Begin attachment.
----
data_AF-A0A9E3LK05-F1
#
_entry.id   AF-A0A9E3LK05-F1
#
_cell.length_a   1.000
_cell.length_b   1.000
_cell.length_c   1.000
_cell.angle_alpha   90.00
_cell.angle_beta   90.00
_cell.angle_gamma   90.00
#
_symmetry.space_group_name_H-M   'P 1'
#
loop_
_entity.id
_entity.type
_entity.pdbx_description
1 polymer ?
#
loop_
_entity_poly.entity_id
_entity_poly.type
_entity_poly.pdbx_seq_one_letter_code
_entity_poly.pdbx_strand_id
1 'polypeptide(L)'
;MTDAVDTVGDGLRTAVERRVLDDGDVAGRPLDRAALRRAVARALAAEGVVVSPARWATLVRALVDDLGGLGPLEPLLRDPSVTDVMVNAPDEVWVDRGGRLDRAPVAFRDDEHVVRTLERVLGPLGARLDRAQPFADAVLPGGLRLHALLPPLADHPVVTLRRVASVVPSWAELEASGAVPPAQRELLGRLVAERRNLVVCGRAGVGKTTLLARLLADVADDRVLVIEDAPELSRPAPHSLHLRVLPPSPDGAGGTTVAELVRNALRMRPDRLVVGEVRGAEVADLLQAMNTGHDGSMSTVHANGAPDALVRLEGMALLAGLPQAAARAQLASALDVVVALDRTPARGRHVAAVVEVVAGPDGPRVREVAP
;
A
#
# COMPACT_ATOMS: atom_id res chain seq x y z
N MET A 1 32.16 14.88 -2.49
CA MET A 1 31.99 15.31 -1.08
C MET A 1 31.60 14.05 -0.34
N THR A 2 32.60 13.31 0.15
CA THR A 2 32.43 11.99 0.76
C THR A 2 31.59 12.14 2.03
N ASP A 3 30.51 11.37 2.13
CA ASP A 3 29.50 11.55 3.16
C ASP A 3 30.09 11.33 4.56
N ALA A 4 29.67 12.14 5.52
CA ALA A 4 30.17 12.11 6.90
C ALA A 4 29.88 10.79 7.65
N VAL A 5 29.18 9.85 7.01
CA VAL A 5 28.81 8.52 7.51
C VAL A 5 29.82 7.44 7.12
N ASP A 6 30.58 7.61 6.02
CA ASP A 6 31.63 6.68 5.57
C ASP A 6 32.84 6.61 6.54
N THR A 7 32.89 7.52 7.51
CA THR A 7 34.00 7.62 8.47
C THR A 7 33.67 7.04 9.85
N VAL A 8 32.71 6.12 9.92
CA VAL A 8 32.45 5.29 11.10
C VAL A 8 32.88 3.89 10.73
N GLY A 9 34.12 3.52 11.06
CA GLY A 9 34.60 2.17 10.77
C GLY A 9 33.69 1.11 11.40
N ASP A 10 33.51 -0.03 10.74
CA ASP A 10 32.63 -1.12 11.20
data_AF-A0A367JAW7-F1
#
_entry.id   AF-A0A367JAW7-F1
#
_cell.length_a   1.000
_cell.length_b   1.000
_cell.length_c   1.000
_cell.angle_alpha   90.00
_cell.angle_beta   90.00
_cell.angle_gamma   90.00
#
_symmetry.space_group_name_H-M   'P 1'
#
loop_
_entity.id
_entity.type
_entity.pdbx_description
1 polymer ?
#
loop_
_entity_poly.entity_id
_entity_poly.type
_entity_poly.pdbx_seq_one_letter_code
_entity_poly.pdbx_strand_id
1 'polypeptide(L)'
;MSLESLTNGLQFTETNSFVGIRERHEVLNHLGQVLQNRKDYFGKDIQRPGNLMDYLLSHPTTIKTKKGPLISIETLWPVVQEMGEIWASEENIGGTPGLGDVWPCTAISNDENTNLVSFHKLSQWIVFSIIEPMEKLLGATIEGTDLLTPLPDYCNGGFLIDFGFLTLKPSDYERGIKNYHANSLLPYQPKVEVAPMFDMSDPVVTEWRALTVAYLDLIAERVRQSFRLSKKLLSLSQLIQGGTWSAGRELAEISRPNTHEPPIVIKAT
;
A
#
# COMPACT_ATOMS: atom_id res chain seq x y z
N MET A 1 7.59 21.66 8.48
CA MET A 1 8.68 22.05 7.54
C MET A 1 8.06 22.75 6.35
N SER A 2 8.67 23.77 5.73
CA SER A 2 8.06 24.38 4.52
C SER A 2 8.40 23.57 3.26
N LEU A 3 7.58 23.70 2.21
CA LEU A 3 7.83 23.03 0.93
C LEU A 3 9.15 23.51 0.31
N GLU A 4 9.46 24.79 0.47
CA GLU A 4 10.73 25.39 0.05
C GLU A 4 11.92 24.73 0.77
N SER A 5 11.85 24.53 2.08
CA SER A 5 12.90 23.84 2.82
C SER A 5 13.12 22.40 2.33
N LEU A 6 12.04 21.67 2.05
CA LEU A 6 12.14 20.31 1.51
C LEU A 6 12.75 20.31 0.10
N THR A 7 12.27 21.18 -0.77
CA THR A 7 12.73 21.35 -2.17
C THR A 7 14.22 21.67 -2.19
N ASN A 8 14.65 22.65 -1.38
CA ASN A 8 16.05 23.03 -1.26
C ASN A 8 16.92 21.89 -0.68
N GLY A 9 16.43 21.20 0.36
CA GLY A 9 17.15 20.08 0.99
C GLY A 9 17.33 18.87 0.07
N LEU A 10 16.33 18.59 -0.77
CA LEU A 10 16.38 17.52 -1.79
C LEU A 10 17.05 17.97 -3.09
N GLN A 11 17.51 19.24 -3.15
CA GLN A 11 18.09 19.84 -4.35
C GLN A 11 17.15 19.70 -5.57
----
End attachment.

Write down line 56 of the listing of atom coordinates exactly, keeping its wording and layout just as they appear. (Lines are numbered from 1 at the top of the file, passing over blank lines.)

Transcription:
CA GLY A 9 34.60 2.17 10.77